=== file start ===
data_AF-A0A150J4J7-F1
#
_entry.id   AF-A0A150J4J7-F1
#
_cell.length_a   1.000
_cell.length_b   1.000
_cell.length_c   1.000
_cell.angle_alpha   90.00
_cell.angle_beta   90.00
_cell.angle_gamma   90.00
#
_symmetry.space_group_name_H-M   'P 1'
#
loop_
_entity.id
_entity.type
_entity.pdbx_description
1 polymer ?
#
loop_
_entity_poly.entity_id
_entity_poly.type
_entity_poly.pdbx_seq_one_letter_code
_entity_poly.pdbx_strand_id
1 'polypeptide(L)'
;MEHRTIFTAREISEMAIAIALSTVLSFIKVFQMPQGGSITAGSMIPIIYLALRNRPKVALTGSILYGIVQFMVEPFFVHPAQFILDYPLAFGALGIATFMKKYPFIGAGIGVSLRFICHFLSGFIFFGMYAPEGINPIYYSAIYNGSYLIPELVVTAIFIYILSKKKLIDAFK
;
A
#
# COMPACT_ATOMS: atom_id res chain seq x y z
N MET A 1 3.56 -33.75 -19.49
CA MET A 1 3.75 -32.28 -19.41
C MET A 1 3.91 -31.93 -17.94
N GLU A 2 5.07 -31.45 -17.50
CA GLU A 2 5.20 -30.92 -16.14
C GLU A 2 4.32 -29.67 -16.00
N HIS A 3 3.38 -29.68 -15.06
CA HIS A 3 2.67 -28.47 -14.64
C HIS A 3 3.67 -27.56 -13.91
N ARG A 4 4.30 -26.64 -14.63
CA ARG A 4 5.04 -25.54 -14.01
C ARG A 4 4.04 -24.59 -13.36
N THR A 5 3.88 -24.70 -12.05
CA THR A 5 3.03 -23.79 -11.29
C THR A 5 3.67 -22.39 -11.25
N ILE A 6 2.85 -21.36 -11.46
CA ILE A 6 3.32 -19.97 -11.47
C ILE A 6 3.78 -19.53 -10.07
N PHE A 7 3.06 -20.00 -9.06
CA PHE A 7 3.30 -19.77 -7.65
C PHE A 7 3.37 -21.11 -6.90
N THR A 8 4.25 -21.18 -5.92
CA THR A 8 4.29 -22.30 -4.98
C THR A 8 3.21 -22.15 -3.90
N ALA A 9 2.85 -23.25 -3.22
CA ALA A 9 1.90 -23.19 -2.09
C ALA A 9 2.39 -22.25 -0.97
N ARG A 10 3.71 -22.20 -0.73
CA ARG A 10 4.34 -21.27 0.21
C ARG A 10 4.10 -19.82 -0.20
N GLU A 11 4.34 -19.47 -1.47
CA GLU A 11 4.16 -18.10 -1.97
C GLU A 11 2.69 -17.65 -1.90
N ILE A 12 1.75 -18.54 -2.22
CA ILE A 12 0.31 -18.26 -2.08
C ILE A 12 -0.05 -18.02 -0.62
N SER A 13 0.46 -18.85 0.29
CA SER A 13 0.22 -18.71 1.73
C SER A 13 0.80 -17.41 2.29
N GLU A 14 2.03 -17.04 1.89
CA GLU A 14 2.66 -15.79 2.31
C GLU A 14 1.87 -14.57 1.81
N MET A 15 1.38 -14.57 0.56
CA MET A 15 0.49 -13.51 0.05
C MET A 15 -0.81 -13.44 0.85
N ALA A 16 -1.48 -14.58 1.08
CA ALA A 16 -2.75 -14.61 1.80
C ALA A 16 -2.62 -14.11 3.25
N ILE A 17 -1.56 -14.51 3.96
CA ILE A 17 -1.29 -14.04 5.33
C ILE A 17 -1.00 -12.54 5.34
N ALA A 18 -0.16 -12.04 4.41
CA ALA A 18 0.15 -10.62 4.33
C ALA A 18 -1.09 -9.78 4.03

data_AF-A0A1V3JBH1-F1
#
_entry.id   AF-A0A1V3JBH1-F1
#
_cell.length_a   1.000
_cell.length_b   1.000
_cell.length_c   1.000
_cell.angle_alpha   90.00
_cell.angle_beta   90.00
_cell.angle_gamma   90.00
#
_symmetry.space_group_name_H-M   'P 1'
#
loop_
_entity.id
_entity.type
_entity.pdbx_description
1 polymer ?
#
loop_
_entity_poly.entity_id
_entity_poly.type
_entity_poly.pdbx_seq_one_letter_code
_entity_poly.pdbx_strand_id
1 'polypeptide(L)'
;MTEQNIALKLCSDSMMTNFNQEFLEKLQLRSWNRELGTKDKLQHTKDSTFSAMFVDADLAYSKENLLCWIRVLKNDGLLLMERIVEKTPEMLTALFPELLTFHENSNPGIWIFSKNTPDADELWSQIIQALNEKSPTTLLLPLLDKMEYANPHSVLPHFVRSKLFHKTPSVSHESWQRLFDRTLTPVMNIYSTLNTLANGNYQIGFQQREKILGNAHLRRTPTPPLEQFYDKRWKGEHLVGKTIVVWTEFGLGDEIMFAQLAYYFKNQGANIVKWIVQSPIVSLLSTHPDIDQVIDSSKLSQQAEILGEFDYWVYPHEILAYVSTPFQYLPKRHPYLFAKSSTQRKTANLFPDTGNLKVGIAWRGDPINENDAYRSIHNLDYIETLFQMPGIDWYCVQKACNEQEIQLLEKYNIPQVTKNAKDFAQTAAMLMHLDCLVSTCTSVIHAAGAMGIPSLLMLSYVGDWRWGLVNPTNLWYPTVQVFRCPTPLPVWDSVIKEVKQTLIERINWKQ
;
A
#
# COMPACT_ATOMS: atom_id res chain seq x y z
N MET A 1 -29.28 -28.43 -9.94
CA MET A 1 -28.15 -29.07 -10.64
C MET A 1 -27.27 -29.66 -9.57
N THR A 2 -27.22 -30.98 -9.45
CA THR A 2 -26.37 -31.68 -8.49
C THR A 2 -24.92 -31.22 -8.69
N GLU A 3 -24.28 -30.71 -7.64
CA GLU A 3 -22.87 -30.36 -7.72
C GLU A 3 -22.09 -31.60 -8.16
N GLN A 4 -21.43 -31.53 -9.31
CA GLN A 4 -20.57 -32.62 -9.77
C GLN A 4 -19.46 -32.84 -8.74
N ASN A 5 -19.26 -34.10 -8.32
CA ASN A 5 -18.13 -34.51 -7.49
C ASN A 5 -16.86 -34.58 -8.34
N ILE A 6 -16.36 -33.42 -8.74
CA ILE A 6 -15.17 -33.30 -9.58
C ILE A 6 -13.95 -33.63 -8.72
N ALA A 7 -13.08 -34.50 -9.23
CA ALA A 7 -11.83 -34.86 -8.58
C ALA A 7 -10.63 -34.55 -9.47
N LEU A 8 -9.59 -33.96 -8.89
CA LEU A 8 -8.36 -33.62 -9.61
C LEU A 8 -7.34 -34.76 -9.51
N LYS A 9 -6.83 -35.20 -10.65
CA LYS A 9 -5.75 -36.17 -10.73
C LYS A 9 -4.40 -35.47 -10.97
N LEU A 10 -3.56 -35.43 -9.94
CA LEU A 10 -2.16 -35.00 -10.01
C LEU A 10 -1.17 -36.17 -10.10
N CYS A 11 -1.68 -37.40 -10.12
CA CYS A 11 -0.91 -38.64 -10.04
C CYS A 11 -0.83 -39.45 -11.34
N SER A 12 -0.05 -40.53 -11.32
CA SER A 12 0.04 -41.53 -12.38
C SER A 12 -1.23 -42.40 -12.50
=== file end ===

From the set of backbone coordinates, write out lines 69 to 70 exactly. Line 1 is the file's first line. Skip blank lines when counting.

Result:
C SER A 13 0.80 -17.41 2.29
N GLU A 14 2.03 -17.04 1.89